Rev Andrea Lukin and our diocesan Children and Families Ministry Enabler, Colette Stevens, both embarked on a week-long challenge to raise money for internally displaced people in Syria, through the Christian World Service’s Operation Refugee. Between them and their supporters, they raised over $1,300 of the $31,000 raised around the country, which will go a long way towards improving the lives of refugees living in Syrian refugee camps.
The experience involved eating like a refugee for a week – and it wasn’t a pleasant experience, according to Andrea and Colette. “The biggest question to myself was ‘how on earth do people live on this, week after week?!'” Andrea shared. Participants received a three-quarters-full shoebox of food to last them a week, which aimed to replicate the rations available to refugees in camps. Colette shared: “When I looked inside the box – reality bit. There were ziplock bags of chickpeas, lentils, kidney beans, flour and salt, a small bottle of canola oil (200ml) and a large tin of tuna. This was my food for FIVE days.”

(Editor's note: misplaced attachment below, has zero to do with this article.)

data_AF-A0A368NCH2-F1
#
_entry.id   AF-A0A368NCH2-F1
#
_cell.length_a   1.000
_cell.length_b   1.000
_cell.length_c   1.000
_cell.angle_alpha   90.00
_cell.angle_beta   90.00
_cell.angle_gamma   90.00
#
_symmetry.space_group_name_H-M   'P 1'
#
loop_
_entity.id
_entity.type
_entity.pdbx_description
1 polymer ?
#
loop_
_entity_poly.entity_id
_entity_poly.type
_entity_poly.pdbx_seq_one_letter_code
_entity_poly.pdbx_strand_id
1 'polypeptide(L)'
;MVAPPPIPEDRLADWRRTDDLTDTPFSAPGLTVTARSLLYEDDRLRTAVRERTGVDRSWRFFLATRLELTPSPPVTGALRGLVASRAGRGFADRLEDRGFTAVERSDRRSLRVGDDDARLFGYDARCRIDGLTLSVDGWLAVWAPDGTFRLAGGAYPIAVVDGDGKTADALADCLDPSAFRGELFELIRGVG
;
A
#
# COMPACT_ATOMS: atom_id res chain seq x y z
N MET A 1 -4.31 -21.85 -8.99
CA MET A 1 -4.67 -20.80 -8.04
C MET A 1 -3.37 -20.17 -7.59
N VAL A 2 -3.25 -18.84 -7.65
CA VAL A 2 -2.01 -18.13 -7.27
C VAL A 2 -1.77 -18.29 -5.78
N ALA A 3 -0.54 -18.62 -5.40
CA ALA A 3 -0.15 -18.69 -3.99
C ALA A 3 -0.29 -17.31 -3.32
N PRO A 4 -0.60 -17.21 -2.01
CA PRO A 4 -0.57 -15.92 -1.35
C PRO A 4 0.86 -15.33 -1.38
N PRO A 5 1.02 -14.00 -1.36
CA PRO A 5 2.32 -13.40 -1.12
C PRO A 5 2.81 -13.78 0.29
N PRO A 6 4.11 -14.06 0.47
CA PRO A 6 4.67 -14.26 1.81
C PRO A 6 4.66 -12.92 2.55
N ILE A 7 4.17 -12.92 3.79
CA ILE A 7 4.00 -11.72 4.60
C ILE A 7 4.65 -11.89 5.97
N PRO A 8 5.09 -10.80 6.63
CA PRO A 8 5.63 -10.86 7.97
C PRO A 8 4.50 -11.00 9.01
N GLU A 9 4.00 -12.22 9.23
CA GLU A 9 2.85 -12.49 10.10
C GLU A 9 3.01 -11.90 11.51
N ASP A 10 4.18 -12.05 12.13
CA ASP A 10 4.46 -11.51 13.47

Facing a week of restrictions, particularly around family who were tucking into their normal fare, was a sobering experience. Andrea said “I gained an awareness of the struggle and plight of others in the world who have so little. The families that are forced out of their homes and travel away into different lands to flee from persecution, they need all the prayers and help we can give them. But what about our very own neighbours? Are we aware of families in our own community who are struggling, living in poverty, have come here from other countries for whatever reason?”
Colette was thankful for everyone’s donations, but also their words of encouragement and their prayer support. She said one of the most touching moments was when she visited an early childhood centre in Waikanae and shared about her experience. “I showed them pictures and shared some stories about what life in a refugee camp is like. Together we prayed for refugee families and the prayers of these amazing four-year-olds really touched my heart. ‘Thank you God, the people no more shooting houses and they all together;’ ‘Thank you for the water and please give them a lot more to drink with warm water for a shower. Soon not more war in Syria.'”
Overall, the experience has taught Andrea and Colette a new lesson in gratitude. “I’ve learnt to be grateful for the many choices I have every day. Choices about where I live, what I eat, how I spend my time and money. I have also learnt to make great flat bread and rice, many, many different ways,” shares Colette.